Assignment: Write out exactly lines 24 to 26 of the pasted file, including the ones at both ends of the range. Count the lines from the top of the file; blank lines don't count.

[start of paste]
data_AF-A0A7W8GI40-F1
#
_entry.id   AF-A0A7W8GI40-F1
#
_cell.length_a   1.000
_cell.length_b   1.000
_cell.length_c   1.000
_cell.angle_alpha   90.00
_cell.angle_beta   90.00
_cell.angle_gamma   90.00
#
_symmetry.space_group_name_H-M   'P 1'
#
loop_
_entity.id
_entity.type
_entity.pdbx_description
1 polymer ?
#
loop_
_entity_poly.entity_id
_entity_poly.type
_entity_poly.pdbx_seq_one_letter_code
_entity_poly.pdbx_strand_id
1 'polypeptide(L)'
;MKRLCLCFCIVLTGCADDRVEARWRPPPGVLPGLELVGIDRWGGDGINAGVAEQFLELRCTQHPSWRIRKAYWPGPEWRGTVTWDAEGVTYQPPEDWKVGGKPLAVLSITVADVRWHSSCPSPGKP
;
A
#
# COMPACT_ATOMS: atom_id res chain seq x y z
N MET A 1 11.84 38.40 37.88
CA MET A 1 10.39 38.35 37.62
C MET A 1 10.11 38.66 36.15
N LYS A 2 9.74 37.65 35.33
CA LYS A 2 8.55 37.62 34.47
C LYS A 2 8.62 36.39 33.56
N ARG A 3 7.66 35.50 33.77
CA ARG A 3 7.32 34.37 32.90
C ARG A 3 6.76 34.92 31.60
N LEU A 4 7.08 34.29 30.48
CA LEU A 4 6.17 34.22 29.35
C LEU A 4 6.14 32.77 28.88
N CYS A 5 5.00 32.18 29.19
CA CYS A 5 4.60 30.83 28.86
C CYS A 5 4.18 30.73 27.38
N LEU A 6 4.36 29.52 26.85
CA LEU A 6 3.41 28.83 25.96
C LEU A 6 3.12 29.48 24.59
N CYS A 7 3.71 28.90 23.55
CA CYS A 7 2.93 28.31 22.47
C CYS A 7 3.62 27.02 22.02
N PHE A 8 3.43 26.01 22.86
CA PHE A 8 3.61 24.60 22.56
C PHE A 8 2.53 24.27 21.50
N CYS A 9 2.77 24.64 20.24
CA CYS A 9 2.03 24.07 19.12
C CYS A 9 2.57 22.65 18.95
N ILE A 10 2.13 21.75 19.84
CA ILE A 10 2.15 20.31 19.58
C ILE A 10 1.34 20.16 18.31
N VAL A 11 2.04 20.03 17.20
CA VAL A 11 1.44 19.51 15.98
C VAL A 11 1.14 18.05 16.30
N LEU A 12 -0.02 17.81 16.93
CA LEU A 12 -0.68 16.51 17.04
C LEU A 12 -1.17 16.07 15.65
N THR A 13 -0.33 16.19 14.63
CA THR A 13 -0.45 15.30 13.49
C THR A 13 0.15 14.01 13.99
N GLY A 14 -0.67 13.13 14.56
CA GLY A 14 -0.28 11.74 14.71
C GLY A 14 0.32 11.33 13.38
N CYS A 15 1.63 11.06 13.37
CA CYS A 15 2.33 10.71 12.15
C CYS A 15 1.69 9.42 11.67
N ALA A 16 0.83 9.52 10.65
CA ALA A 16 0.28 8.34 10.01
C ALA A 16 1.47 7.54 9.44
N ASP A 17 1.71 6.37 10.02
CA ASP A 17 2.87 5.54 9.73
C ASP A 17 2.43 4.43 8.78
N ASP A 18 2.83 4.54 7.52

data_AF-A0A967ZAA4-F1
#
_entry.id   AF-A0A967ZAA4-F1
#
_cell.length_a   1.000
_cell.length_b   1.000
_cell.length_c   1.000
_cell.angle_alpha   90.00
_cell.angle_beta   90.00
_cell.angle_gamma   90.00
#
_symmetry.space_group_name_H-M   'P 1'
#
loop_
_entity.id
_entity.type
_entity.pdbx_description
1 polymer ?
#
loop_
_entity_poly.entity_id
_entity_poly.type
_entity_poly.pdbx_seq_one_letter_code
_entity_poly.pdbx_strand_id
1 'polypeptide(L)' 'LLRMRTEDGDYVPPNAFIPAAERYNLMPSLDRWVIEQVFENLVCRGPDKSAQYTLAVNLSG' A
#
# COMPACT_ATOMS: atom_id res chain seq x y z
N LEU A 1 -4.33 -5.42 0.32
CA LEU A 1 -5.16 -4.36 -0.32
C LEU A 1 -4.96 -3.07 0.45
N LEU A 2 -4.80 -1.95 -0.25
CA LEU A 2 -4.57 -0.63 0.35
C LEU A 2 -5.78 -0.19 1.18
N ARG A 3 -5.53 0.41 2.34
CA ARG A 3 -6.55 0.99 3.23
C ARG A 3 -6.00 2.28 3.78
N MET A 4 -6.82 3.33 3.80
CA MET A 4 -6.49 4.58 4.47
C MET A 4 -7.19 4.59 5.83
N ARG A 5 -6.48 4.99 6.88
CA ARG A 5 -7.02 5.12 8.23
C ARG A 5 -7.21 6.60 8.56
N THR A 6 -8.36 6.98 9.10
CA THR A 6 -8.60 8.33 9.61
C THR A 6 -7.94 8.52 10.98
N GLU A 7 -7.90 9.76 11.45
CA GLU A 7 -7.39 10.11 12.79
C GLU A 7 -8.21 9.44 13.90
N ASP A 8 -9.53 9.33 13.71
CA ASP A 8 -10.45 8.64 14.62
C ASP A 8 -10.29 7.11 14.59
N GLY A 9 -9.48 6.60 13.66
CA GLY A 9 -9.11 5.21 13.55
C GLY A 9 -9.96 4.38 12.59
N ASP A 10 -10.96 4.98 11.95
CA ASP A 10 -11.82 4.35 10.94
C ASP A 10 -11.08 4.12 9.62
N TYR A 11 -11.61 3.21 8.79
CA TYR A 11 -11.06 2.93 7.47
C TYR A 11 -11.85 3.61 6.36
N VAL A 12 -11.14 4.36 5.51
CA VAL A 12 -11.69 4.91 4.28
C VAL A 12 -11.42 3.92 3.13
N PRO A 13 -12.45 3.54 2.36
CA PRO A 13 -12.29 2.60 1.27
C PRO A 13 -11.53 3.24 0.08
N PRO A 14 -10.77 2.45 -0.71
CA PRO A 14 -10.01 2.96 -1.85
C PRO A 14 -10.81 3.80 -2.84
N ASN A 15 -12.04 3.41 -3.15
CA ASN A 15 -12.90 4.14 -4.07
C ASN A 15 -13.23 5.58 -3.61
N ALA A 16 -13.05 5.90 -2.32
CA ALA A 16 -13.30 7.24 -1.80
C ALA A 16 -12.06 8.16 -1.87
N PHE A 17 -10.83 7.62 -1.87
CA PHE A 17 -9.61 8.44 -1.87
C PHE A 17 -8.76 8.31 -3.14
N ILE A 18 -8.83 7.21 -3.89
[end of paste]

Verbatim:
_entity_poly.pdbx_strand_id
1 'polypeptide(L)'
;MKRLCLCFCIVLTGCADDRVEARWRPPPGVLPGLELVGIDRWGGDGINAGVAEQFLELRCTQHPSWRIRKAYWPGPEWRGTVTWDAEGVTYQPPEDWKVGGKPLAVLSITVADVRWHSSCPSPGKP